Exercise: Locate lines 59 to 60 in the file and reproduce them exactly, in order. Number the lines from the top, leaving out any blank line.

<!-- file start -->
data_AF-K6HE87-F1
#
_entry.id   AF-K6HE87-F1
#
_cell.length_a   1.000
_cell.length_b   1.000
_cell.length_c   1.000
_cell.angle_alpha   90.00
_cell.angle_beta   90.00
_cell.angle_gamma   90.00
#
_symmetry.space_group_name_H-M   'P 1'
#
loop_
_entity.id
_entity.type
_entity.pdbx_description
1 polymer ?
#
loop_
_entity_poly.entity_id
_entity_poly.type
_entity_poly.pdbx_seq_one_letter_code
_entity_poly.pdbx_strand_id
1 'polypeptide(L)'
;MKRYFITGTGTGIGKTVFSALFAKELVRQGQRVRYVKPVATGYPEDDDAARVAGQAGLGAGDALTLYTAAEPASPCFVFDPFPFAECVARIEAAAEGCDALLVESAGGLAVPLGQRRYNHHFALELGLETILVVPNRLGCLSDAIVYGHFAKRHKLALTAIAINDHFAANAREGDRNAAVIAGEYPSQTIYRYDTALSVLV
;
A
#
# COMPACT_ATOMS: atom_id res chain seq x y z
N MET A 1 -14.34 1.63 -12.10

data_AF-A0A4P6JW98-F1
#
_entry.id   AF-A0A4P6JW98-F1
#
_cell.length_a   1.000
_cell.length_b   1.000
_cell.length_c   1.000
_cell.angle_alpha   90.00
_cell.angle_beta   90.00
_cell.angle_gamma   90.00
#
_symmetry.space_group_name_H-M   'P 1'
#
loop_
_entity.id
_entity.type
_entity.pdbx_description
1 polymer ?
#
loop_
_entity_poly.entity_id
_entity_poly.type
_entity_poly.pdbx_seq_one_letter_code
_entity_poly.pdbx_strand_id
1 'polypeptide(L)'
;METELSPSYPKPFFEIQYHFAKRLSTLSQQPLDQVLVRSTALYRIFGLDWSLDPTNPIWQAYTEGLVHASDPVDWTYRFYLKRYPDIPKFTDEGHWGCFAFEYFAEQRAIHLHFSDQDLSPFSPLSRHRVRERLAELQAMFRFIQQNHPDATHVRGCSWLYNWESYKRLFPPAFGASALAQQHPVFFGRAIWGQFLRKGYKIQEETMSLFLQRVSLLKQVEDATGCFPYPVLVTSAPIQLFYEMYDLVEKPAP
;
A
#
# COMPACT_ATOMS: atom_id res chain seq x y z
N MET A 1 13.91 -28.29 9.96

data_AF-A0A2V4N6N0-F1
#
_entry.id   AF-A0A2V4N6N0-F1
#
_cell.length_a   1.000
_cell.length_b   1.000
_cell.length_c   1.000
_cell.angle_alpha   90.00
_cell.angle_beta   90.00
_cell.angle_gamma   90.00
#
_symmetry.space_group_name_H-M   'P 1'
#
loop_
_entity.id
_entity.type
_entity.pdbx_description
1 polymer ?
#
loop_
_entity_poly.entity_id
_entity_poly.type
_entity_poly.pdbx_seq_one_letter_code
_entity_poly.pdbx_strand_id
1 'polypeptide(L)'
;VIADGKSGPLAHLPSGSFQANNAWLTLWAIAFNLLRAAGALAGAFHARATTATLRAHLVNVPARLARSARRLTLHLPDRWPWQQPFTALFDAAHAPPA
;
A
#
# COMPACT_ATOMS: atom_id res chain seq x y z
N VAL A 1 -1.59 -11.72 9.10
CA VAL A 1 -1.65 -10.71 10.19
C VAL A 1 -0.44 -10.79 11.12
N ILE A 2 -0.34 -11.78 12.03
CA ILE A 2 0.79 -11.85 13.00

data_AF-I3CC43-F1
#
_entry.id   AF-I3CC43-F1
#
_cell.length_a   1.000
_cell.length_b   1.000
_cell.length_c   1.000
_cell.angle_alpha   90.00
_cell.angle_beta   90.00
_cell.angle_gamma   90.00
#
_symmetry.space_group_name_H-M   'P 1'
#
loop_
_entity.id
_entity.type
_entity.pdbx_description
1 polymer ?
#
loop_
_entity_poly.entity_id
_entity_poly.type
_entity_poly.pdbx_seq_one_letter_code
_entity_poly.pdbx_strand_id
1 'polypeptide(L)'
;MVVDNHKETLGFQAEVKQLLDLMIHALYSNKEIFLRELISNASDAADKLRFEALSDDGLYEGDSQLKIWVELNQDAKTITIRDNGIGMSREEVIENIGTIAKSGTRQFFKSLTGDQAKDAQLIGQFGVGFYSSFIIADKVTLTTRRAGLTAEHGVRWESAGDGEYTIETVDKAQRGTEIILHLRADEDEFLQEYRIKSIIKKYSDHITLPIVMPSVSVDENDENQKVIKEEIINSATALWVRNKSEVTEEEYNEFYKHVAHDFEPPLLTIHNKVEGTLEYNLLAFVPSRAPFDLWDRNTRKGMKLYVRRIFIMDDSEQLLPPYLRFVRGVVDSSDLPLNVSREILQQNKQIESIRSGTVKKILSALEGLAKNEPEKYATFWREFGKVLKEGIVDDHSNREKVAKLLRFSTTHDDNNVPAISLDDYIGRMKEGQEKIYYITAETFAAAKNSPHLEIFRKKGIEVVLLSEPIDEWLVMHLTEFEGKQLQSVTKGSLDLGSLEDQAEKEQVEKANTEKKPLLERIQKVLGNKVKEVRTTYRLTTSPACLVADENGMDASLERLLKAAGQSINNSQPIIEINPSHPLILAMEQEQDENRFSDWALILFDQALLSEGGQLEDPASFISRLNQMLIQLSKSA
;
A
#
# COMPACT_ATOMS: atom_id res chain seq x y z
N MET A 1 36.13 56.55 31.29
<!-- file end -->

A
#